(Bloomberg) -- Felix Dian is in fighting spirits after this week’s crypto meltdown.Like many pros, the former Morgan Stanley trader says Bitcoin’s volatility actually shows why hedge funds are in the digital-currency game: To ride boom and bust cycles with diversified bets so clients don’t get killed at times like this.Something is working. His $80 million crypto-focused fund at MVPQ Capital is up 14% in May and has more than tripled in value this year. In contrast, Bitcoin has plunged almost 30% this month, cutting the advance for 2021 to 42%.“We had kept dry powder,” he said in an interview from London. He took advantage of Wednesday’s price collapse and bought Bitcoin when it was trading around $35,000.Crypto-Crash Autopsy Shows Billions Erased in Flash LiquidationsNot everyone’s been so lucky. Scores have seen their fortunes dashed this week in a cascade of selling across crypto markets. Investors spent some $410 billion buying up Bitcoin during this bull market, according to data from Chainalysis. When prices sank to $36,000 this week, $300 billion of those positions were at a loss.It’s left money managers wrestling with whether the digital currency, which is coming under new regulatory scrutiny in the U.S. and China, still has the makings of a serious asset class or will remain nothing more than a speculative bubble.Bitcoin hovered around $40,000 on Friday, trading up 1% as of 7:15 a.m. in New York. The token has lost 35% since hitting an all-time high of $63,000 in April.Charles Erith, who worked for 24 years in Asian emerging markets before jumping to crypto, said the speculative froth was flushed out this week. He bought Bitcoin as prices were plunging.“At $35,000, we felt it’s a reasonable level at which to be adding,” said Erith, who runs ByteTree Asset Management in London. “It’s obviously not regulated and it’s a very young asset, but I don’t think this is going to be a revisit of 2018.”Data from research firm Chainalysis shows professional investors used the crash as an opportunity to start buying at cheap levels, helping put a floor under the market. Big investors bought 34,000 Bitcoin on Tuesday and Wednesday after reducing holdings by as much as 51,000 bitcoin in the last two weeks, according to data from Chainalysis.“People that were borrowing money to invest, they were wiped from the system,” said Kyle Davies, co-founder at Three Arrows Capital in Singapore. His firm bought more Bitcoin and Ether as prices of the tokens tumbled this week.“Every time we see massive liquidation is a chance to buy,” he added. “I wouldn’t be surprised if Bitcoin and Ethereum retrace the entire drop in a week.”Over in Paris, Loan Venkatapen, founder of Blocklabs Capital Management, blames the recent rout on over-leveraged retail investors but says blockchain and the related technologies “are here to stay.”Unlike Davies, Venkatapen avoided Bitcoin, but bought Ether, Solana and other assets connected with the decentralized finance movement as they sold off.“Bitcoin is not dying, but we expect productive blockchain assets such as Ethereum or Solana to challenge Bitcoin dominance in the coming months,” he said.More stories like this are available on bloomberg.comSubscribe now to stay ahead with the most trusted business news source.©2021 Bloomberg L.P.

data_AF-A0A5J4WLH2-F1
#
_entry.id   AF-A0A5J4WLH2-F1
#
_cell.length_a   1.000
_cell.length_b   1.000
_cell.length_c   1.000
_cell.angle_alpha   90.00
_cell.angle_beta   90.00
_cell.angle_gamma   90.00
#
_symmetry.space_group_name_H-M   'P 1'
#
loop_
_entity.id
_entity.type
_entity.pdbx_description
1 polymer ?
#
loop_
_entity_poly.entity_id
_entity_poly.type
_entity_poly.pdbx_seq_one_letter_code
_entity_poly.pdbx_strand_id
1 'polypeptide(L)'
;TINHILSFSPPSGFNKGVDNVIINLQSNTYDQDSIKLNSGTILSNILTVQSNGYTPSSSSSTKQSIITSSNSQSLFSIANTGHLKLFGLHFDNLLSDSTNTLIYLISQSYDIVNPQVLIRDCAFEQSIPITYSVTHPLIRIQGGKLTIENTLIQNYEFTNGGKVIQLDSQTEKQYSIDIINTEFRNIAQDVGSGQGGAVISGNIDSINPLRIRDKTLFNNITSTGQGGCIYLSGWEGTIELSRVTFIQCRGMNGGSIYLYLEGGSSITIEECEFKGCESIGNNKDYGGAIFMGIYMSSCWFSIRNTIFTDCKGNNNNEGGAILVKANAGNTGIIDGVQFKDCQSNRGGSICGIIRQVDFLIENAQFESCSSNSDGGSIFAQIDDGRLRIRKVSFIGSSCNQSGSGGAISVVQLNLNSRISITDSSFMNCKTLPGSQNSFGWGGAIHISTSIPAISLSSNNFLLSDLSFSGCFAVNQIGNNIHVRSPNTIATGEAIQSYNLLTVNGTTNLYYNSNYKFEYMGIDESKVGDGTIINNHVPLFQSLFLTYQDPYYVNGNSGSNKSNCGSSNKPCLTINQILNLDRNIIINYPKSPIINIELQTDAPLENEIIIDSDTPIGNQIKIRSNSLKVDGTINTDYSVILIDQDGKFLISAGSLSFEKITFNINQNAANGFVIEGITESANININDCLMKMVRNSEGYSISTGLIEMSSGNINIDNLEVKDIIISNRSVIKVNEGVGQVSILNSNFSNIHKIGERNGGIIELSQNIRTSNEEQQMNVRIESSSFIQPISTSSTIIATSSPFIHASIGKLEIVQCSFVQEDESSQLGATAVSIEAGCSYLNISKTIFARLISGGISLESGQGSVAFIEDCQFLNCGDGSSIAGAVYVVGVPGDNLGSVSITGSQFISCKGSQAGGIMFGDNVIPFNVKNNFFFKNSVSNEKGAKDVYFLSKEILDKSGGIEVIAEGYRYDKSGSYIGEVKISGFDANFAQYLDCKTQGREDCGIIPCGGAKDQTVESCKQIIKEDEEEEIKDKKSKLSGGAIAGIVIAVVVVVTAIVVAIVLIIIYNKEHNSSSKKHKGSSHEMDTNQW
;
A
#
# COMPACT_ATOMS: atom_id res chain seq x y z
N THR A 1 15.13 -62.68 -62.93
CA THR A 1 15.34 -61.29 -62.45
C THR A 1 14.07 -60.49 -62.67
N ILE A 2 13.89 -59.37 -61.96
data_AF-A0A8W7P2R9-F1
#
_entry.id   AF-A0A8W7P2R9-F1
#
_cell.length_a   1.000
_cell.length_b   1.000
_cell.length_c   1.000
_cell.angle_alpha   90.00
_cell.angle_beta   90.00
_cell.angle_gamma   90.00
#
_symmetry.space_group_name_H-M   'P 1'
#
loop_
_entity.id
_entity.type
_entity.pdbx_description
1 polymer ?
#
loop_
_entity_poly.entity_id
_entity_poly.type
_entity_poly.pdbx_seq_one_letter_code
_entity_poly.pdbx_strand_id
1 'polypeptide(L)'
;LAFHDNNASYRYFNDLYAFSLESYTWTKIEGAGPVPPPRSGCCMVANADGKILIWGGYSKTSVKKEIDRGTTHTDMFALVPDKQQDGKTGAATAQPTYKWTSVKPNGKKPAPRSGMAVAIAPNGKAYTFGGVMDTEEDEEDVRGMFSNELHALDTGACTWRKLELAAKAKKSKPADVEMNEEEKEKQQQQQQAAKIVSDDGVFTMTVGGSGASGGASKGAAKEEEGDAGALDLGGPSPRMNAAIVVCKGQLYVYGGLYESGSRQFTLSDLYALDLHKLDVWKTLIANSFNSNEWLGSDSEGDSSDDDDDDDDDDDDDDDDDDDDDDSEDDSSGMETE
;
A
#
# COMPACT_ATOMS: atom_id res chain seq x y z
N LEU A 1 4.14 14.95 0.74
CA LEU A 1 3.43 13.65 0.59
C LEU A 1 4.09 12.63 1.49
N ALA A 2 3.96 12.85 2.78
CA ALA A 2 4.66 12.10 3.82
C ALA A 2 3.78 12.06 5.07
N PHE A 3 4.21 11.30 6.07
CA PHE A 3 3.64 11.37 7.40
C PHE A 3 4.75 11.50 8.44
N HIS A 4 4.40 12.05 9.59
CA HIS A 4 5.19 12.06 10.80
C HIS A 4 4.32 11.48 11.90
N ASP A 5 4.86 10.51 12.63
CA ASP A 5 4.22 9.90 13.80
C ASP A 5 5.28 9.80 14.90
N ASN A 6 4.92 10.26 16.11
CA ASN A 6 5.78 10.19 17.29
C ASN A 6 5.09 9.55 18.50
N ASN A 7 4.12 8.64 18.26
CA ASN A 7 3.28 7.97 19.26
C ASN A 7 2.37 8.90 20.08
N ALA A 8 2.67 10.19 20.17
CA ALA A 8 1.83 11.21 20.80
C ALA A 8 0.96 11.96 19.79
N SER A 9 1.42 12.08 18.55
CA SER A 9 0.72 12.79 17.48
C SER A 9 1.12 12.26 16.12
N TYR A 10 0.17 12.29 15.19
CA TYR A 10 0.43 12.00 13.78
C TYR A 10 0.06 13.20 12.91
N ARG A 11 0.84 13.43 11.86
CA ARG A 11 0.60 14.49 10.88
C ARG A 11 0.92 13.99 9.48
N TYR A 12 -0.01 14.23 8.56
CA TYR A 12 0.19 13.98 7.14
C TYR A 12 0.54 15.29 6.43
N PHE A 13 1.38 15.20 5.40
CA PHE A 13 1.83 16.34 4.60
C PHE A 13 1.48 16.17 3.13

Nvidia sets 4-for-1 stock split, shares rise